On-Site Magazine

GST removal a welcomed development

By Richard Lyall   

Construction Leadership Residential

Richard Lyall

The federal government’s decision to remove the GST on construction of new purpose-built rental apartment buildings was long-overdue but very welcome news for builders and those in need of housing.

The move is already having an impact and leading to more affordable rental units being built in Canada. Some condo projects are also being re-evaluated for rental housing. It will make it more feasible for stakeholders to overcome obstacles and shoulder the costs of building those types of units.

Developer Dream Unlimited Corp., for one, has announced plans to develop 5,000 new purpose-built rental apartment units in Toronto, Ottawa, Calgary and Saskatoon, in light of the new legislation.

Company president and chief responsible officer Michael Cooper noted in a press release that Dream can now move forward on the units because of the changes.


“The housing crisis has impacted every urban centre from coast to coast,” he stated. “What this legislation unlocks is our ability to get shovels into the ground quickly at a time when it’s never been more critical to build new homes.”

On September 14, the feds announced that the five-per-cent GST would be removed on construction of new purpose-built housing such as apartments, student housing, and senior residences built specifically for use as long-term rental units. The government is encouraging all provinces to follow the lead. In Ontario, the government announced it plans to follow suit by removing the eight-per-cent HST.

Previously, the feds provided a 36-per-cent rebate on taxes for construction of rental units with a fair market value of $350,000 to $450,000. The threshold is being removed and the rebate is being hiked to 100 per cent. There are some caveats, though.

The rebate will apply only to projects that begin construction on or after September 14, and on or before December 31, 2030, and complete construction by December 31, 2035.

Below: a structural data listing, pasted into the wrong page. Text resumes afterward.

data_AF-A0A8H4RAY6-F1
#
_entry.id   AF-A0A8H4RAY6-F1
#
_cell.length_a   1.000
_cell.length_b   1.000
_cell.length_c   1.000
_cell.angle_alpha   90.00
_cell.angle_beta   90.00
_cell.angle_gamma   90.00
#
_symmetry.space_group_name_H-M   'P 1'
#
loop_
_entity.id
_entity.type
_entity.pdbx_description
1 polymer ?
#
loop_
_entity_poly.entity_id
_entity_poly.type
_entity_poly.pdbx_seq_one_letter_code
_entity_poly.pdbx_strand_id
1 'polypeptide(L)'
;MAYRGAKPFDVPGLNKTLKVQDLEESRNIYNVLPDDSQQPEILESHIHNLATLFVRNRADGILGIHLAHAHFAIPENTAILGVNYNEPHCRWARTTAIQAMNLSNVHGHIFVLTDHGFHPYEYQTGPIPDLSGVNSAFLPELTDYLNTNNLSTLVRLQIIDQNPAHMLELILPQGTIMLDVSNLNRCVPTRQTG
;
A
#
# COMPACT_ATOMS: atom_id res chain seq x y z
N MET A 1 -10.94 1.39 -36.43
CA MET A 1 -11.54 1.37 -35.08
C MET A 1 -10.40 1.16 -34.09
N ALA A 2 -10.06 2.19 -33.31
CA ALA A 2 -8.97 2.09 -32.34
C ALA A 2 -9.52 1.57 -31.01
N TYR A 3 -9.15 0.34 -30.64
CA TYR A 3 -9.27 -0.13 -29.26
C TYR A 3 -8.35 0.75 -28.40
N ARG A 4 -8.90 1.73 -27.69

To be eligible, rental buildings must have at least four apartment units or at least 10 private rooms, and 90 per cent of the units in a building must be designated for long-term rental. The GST rental rebate will not apply to single-family homes, duplexes, and triplexes. It will also not apply to housing co-ops, owned houses situated on leased land, and residential trailer parks. These forms of housing will continue to qualify for the 36-per-cent GST rebate.

In RESCON’s opinion, there should not be an expiry date for the rebates. They should continue beyond 2035. The excessive taxation of shelter, which is a need, was wrong to begin with. Housing is a must-have item, like food. It is not a discretionary item like alcohol or cigarettes. Therefore, it should not be taxed in the same manner.

And the need for action was dire. Many people who work in Toronto, for example, can no longer afford to live there because of recent rent hikes. The average cost for a condo rental in Toronto climbed to $2,786 in June, up from $1,866 in 2016.

More than 300,000 new rental homes are needed in the Greater Toronto Area alone in the next decade. In the next 10 years, the rental housing deficit in the GTA is expected to increase to 177,000 units. This means that construction of purpose-built rentals will have to happen at more than double the current pace.

While a step forward, and appreciated, still more action is needed to tackle the housing crisis.

RESCON, for example, would like to see the GST removal extended to owner-occupied market housing, as it makes perfect sense to do that. Doing so would spur construction of the new home and condo markets which are also feeling the effects of inflation, interest rate hikes, and labour and supply issues.

Presently, taxes, fees and development charges on new housing are much too high and prevent developers from moving on projects. In a study, the Canadian Centre for Economic Analysis indicated that taxes, fees and levies on a new house or condo now account for 31 per cent of the cost.

According to the Canadian Home Builders’ Association, municipal development taxes have gone up 700 per cent over the past two decades.

To get more shovels in the ground on homes, municipalities must address the increasing fees and tackle systemic barriers at the municipal level, such as lack of digitization and failure to allow higher density around transit hubs, that are dramatically slowing down the construction of new housing.

A recent report from CMHC, indicates that Canada needs 3.5 million more homes than it is on track to build, with 1.48 million of those in Ontario. We must look for more ways to build housing quicker.

While the action on purpose-built rental apartment buildings is a step in the right direction, it is going to take a concerted effort by all three levels of government and the industry to bring about the change that’s needed.


Richard Lyall is president of the Residential Construction Council of Ontario (RESCON). He has represented the building industry in Ontario since 1991. Contact him at media@rescon.com.


Stories continue below